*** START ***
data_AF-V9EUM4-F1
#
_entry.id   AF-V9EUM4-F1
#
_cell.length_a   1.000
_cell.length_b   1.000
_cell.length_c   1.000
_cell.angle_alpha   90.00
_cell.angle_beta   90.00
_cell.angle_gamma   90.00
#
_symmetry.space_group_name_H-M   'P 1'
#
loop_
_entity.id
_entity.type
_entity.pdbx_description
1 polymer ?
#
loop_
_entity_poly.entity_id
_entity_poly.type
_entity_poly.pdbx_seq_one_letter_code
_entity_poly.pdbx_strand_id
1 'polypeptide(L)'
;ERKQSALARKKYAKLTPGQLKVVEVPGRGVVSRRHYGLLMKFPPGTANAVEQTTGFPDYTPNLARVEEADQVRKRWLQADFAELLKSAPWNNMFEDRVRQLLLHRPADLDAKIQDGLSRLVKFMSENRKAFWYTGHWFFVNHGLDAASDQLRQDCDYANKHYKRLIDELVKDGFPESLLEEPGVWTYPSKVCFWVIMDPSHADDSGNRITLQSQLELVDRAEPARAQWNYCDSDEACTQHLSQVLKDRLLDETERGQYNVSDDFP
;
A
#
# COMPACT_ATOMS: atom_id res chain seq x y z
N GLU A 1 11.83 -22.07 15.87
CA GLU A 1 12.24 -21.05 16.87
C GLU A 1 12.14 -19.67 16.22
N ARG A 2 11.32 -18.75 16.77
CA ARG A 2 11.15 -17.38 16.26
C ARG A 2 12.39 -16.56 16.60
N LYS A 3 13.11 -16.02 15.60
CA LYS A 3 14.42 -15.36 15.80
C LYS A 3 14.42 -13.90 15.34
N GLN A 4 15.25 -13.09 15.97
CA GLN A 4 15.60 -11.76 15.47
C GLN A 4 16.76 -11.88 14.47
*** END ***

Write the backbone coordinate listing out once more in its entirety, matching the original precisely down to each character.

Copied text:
data_AF-V9EUM4-F1
#
_entry.id   AF-V9EUM4-F1
#
_cell.length_a   1.000
_cell.length_b   1.000
_cell.length_c   1.000
_cell.angle_alpha   90.00
_cell.angle_beta   90.00
_cell.angle_gamma   90.00
#
_symmetry.space_group_name_H-M   'P 1'
#
loop_
_entity.id
_entity.type
_entity.pdbx_description
1 polymer ?
#
loop_
_entity_poly.entity_id
_entity_poly.type
_entity_poly.pdbx_seq_one_letter_code
_entity_poly.pdbx_strand_id
1 'polypeptide(L)'
;ERKQSALARKKYAKLTPGQLKVVEVPGRGVVSRRHYGLLMKFPPGTANAVEQTTGFPDYTPNLARVEEADQVRKRWLQADFAELLKSAPWNNMFEDRVRQLLLHRPADLDAKIQDGLSRLVKFMSENRKAFWYTGHWFFVNHGLDAASDQLRQDCDYANKHYKRLIDELVKDGFPESLLEEPGVWTYPSKVCFWVIMDPSHADDSGNRITLQSQLELVDRAEPARAQWNYCDSDEACTQHLSQVLKDRLLDETERGQYNVSDDFP
;
A
#
# COMPACT_ATOMS: atom_id res chain seq x y z
N GLU A 1 11.83 -22.07 15.87
CA GLU A 1 12.24 -21.05 16.87
C GLU A 1 12.14 -19.67 16.22
N ARG A 2 11.32 -18.75 16.77
CA ARG A 2 11.15 -17.38 16.26
C ARG A 2 12.39 -16.56 16.60
N LYS A 3 13.11 -16.02 15.60
CA LYS A 3 14.42 -15.36 15.80
C LYS A 3 14.42 -13.90 15.34
N GLN A 4 15.25 -13.09 15.97
CA GLN A 4 15.60 -11.76 15.47
C GLN A 4 16.76 -11.88 14.47